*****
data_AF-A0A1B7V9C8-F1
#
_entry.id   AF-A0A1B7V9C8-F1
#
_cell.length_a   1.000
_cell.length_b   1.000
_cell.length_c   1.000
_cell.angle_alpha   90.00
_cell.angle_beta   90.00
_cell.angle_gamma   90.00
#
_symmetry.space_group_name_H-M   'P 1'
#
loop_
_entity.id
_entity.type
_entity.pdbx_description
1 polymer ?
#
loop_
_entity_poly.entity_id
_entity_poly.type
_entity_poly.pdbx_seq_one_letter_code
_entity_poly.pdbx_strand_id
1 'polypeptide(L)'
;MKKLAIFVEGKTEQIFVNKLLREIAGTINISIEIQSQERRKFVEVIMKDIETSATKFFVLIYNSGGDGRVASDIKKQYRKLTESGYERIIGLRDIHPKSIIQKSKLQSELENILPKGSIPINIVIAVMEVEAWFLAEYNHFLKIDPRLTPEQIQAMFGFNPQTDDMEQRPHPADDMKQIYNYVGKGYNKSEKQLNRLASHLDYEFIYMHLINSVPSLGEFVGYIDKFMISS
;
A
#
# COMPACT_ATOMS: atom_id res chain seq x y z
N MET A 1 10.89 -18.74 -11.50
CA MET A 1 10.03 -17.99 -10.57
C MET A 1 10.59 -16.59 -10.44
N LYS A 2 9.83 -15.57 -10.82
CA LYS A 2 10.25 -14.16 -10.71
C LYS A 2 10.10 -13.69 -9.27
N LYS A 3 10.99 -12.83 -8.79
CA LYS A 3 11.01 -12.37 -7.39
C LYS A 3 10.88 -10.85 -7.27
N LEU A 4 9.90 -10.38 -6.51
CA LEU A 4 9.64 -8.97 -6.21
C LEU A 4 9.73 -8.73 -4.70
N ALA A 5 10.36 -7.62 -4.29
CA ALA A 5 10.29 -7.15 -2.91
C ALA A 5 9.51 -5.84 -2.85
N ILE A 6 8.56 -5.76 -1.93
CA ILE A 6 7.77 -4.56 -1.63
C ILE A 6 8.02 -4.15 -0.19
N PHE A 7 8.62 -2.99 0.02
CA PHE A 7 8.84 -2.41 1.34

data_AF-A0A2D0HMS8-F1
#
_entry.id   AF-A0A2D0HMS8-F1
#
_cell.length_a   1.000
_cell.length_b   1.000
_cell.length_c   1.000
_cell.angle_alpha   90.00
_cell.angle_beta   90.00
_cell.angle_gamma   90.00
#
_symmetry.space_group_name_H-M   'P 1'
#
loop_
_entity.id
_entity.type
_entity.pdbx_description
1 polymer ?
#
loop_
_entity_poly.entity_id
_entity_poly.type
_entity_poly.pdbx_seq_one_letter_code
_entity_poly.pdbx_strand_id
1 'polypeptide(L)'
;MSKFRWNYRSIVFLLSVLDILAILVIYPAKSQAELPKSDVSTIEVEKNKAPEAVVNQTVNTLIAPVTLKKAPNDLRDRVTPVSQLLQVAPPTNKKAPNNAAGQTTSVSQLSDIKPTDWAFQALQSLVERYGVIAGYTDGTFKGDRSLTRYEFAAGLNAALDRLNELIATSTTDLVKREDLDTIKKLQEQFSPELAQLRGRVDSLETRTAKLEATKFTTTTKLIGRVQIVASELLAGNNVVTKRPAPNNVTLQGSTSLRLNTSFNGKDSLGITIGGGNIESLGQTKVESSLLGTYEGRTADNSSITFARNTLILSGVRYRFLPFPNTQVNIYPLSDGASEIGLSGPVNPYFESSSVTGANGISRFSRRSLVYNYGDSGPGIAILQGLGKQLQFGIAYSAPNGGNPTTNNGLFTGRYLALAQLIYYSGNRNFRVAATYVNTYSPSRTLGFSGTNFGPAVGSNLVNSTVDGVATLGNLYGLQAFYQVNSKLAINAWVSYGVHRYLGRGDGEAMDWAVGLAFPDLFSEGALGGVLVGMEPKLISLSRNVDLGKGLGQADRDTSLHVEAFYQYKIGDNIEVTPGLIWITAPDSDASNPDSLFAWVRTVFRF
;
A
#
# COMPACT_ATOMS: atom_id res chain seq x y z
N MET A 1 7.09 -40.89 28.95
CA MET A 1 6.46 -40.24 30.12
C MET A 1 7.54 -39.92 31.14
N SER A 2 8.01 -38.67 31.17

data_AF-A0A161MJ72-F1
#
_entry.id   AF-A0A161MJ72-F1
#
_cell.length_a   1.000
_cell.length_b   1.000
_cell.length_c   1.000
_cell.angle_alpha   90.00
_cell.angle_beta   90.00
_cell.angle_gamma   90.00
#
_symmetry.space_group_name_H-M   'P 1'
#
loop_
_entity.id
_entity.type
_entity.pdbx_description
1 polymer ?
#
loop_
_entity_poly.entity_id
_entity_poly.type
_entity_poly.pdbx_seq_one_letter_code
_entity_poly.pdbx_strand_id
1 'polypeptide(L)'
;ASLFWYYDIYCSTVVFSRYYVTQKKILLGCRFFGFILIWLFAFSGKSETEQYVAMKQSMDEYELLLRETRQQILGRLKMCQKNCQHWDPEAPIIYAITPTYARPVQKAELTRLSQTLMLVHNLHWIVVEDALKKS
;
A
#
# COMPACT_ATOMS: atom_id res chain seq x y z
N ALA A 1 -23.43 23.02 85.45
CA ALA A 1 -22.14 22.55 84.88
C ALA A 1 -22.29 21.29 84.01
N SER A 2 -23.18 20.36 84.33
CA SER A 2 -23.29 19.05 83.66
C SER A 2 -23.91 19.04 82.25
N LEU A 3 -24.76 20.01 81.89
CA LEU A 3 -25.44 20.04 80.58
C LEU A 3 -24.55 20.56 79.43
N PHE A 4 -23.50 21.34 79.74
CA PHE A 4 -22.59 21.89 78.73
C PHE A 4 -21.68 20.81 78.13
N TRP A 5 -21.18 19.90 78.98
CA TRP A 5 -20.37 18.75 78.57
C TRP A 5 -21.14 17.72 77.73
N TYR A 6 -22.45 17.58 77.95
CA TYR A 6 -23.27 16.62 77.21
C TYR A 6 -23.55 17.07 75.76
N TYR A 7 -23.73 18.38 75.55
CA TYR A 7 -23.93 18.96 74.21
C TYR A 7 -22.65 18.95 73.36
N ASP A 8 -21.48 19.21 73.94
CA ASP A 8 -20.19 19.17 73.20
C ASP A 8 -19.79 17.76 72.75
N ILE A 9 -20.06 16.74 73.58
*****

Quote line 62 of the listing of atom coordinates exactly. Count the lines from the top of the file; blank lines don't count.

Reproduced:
_symmetry.space_group_name_H-M   'P 1'